Monthly review

Off we go on a spin through February’s SN:

  • Devon McGlamery looks like he’s half asleep most of the time in pictures (p20, 59).
  • Roy Pauley (p24): As per usual, another column from Roy “The List Maker” Pauley, this time the top-10 all-around most talented sg folks. Whatever. Two things: One. Ben Speer? … c’mon. Arranger? Sure. Smart businessman? Sure. Capable singer in his family’s group? Sure. Likeable guy? Seems so. Friend of Bill Gaither? Yep. But one of the 10 most all-around talented people in sg? Even if he could write an original tune, play it, produce a full-scale recording of it, sell it, and tap-dance while doing all of this on a burning tight rope above a pit of hungry crocodiles, there’d still be the problem of his voice. Which is just average, at best. Can you be one of the top 10 most all-around talented people in any kind of music and not sing well (or, perhaps more to the point, can you be in this category if the famous music school you own doesn’t have a proper website? Two: Not to be outdone by Larry Summers, Roy Pauley can’t find one single woman for his list. Three (Ok three things): has anything happened in Pauley’s mind the last 20 years?
  • Scott Fowler is a funny guy (p28-29), but just slightly irreverently so, which is refreshing. That bit about praying “for at least a nano-second” after George and Glen offered him the job, … a nice line. And there were others. Though I doubt he meant to be funny when he said that opposition to conservative evangelical Christian politics “is very organized, loud, tenacious, and persistent.” As if a bunch of Quakers got Republicans in control of all three branches of government and evangelical conservative leadership in two of those three (House and White House). Accuse progressives and liberals of a lot of things, but you can’t accuse them of outlouding conservatives any time soon, alas. Anyway, these interviews are far and away my favorite feature in the SN. I really do look forward to them, I can honestly say.
  • If Cricket Lee (p40) can make it, I assume Lexus Jazz Hopper will be able to.
  • The Jody Brown Indian Family Part I (p38). No disrespect, but why “Indian” in the title? Yes, yes .. I know they’re of Native American descent, and I yes, I remember the Klaudt Indian Family, who may be considered a kind of template for the use of “Indian” in the name. But still … what’s the point? Are sg fans who aren’t specifically out looking for Native American music really more likely to go see a group or buy someone’s product if they know the group is Indian? And why Indians and not other ethnic backgrounds? Why not, say, The Issacs Jewish Family? The Isaacs make no secret on stage of their Jewish heritage, but that ethnicity is not explicitly in the name. Is there some historically verifiable exotic appeal for typical sg fans (nevermind how you know what that means) about Native Americans and the notion of an Indian family singing sg?
  • The Jody Brown Indian Family Part II (back page): The ad is promoting their new song “Jump Out of the Boat,” and everyone is jumping … but shouldn’t they be in or around … ya know … a boat?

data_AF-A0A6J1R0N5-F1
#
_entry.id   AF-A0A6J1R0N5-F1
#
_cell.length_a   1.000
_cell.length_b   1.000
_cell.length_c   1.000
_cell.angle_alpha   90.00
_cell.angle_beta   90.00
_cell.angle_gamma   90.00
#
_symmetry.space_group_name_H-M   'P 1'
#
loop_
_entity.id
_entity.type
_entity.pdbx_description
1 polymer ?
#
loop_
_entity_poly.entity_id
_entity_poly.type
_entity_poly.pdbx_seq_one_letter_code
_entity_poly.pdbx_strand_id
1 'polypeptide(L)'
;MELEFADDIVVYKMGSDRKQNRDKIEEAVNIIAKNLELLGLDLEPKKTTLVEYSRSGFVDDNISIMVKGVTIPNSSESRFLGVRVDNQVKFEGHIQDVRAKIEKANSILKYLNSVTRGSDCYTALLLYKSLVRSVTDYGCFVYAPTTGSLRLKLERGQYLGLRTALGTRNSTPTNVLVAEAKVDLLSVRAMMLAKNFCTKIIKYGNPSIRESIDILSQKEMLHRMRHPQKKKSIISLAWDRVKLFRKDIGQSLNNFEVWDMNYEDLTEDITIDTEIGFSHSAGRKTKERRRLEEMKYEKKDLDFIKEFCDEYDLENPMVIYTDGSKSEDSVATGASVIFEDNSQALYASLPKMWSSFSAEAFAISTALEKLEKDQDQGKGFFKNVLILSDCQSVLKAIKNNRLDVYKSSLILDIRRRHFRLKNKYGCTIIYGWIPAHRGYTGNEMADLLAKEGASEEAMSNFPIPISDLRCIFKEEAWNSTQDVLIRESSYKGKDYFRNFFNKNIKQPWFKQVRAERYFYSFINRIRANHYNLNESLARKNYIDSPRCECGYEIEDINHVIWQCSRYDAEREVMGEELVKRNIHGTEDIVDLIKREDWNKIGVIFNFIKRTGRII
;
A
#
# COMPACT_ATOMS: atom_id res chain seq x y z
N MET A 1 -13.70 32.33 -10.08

• Q: How many shameless “news stories” can we have promoting NQC in a magazine owned by an NQC board member? (p45) A: At least one a month, evidently. This month’s features the “chronological history” of NQC. Thank goodness. Those unchronological histories confuse the pants off me.
  • That Ken Kirskey is a smart fella, and a brave one, insofar as someone can be brave who is the son of the editor of the publication he writes for and whose editorial space in said magazine was pre-ordained. But no matter the reasons behind his presence in the SN (he seems more suited reviewing books or being the resident conservative intellectual for something like Christianity Today, to be honest), I appreciate it when he reviews serious books about serious topics, as he does this month (p70-71) by reviewing David Kling’s The Bible in History and Alister McGrath’s The Twilight of Atheism (of course McGrath is sorely mistaken if he thinks his own defection from atheism portends a wider crisis in that mode of thinking, but that’s not Kirksey’s problem). Frankly, I’m often inclined to play that old childhood game “one of these things does not belong” with KK’s columns, because … well, if we could wheel that aforementioned “typical sg fan” back out on stage for a second, I’d want to know how clear the distinction is for that fan about terms like, say, “deism” and “theism.” But intellectual challenge is something the SN can always use more of, so you won’t find me complaining (at least not that much).
  • Oy vey those SN “music reviews” are getting bad. Certainly they’re getting worse. They now consist of little more than threading some boilerplate praise around a list of song titles. Really. I’m not kidding. Go look at the four “reviews” on p72. They typify the probative style of SN’s unnamed reviewers. That’s right, the reviews are written anonymously. Which reminds of an email I saw that Ken Kirksey sent to reader AG about this site when it first came out. Kirksey wrote, “Unfortunately, whoever is doing this blog does not have the courage to put their name on it. Following the example of my pastor, I don’t read anything written by anyone who does not have the courage enough to sign.” Nevermind what KK and his pastor do with their electric bills. What I really wonder is if Kirksey reads the SN’s reviews … or (quelle scandal!) writes them. Now that makes me giggle just thinkin’ about it.
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